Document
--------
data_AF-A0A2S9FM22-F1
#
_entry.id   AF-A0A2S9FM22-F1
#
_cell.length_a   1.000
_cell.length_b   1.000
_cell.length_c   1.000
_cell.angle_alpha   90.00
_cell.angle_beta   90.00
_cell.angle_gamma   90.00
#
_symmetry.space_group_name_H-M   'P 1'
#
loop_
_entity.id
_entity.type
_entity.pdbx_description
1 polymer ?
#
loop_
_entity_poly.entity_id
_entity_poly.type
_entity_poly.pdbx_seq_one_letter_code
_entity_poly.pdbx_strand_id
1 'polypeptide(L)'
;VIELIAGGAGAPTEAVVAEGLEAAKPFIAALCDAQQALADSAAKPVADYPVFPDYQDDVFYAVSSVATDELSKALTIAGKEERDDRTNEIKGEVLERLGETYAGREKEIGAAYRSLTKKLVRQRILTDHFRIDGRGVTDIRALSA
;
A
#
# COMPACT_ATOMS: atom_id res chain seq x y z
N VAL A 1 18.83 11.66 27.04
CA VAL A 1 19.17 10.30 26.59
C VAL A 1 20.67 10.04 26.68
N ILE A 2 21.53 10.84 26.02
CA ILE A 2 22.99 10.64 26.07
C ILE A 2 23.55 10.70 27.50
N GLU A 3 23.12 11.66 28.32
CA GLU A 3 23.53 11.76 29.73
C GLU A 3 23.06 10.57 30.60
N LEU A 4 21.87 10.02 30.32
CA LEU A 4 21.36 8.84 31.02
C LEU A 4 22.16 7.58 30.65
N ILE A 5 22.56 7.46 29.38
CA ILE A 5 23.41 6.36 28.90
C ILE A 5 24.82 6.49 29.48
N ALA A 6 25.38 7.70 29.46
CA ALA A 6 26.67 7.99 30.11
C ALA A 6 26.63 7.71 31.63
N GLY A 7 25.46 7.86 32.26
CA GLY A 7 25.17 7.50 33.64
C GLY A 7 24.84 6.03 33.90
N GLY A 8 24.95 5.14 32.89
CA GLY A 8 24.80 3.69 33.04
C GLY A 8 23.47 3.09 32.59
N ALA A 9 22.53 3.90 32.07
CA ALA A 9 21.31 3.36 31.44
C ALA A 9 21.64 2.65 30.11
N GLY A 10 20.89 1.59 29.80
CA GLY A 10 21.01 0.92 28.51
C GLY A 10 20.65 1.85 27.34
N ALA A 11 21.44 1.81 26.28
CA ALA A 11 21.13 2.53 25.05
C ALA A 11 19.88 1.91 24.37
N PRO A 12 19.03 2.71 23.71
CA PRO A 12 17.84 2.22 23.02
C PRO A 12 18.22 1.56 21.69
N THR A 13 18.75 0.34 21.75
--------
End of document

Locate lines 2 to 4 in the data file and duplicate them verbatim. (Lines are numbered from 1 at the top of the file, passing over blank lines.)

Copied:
#
_entry.id   AF-A0A2S9FM22-F1
#